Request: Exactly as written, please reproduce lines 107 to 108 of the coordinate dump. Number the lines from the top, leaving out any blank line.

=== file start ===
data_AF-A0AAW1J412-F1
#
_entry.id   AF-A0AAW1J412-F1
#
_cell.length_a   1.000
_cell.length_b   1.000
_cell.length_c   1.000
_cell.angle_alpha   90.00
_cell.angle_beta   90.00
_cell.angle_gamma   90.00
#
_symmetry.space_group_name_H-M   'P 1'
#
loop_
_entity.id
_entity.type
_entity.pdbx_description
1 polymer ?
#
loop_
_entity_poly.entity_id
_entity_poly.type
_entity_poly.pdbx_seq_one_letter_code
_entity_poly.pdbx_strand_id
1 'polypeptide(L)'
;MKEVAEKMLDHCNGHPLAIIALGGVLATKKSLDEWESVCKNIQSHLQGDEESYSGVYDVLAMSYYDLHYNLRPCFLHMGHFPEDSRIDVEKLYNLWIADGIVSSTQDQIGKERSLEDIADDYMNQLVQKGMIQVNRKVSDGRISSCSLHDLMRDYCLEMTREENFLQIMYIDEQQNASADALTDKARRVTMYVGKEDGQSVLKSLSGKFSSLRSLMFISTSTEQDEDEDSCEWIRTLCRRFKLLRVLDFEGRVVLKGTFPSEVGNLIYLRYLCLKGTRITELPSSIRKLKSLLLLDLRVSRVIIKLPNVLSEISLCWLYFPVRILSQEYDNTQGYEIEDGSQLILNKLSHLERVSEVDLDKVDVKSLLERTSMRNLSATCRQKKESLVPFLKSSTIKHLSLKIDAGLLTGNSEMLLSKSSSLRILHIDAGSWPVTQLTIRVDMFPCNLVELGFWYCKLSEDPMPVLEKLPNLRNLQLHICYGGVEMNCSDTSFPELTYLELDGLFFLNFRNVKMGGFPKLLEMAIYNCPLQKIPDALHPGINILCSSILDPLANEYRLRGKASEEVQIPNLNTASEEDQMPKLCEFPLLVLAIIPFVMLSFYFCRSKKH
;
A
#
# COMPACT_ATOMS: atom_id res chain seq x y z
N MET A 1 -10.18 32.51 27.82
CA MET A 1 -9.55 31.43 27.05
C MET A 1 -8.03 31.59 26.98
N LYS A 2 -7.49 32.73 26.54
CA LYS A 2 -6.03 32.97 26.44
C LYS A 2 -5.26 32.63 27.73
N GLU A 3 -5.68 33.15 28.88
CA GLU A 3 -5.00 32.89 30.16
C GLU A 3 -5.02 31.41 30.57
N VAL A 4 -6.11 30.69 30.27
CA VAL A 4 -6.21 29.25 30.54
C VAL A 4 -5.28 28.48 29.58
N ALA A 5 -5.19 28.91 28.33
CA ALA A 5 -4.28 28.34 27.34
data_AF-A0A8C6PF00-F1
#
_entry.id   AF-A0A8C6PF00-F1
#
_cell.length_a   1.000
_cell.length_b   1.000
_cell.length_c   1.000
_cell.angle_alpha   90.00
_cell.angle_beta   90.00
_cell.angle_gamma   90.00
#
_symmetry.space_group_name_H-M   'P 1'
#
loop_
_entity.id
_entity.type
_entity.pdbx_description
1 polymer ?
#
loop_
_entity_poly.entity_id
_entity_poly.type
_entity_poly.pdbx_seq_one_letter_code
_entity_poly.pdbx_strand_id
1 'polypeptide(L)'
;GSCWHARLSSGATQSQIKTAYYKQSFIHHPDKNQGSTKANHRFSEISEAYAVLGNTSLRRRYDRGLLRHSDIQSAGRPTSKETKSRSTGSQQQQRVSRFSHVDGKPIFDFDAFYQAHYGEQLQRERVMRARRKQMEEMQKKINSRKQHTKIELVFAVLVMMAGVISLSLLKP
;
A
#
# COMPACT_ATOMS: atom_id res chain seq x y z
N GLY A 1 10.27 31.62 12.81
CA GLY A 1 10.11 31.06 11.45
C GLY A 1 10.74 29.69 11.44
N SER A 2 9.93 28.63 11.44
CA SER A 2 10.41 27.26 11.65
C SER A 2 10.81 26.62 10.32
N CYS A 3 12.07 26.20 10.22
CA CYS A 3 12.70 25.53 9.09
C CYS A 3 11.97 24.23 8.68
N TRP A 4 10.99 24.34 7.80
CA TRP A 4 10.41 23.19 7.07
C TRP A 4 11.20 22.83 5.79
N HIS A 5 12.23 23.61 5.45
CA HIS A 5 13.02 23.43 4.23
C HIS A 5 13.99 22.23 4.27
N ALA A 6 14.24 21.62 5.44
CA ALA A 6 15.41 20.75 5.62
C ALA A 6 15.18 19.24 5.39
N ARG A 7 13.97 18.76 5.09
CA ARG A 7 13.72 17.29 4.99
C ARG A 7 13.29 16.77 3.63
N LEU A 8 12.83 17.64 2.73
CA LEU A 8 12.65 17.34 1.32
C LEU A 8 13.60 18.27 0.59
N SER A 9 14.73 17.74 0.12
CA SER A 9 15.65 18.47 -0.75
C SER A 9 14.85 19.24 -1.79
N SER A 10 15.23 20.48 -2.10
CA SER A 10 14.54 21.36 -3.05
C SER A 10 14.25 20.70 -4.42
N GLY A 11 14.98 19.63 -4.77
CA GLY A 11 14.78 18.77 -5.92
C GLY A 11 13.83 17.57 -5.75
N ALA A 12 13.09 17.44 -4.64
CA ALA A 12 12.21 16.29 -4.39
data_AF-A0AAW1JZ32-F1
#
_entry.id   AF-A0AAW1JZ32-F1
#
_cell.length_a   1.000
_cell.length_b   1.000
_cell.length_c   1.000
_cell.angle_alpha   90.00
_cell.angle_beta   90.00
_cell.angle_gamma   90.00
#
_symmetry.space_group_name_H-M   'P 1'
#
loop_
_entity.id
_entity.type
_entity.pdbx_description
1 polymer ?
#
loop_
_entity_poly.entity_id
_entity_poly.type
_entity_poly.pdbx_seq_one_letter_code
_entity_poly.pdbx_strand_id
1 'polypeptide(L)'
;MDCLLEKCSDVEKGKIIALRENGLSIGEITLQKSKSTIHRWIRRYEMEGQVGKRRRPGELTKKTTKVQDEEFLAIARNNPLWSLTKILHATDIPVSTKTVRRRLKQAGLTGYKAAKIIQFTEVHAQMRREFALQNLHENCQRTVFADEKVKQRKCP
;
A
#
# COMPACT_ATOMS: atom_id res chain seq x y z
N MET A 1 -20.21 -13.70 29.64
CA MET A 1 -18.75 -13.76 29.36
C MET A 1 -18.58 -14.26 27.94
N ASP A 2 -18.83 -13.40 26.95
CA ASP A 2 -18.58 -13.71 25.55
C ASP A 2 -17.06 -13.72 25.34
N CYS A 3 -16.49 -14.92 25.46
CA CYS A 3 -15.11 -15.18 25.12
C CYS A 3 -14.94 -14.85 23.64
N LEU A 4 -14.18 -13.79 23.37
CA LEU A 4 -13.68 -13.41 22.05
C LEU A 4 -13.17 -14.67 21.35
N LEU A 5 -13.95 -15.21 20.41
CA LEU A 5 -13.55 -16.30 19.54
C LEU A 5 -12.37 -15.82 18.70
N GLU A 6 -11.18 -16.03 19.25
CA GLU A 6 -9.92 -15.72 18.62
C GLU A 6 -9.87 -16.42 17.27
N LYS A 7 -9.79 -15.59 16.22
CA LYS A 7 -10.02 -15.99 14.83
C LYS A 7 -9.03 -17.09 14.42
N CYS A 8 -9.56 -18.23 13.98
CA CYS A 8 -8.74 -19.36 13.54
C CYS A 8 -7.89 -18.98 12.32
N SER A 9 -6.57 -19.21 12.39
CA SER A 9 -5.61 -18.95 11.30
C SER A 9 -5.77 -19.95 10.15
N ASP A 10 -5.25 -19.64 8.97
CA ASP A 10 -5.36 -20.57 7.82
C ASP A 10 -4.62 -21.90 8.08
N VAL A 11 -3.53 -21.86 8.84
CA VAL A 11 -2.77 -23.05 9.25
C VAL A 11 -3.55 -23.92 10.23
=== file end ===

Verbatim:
C GLY A 11 13.83 17.57 -5.75
N ALA A 12 13.09 17.44 -4.64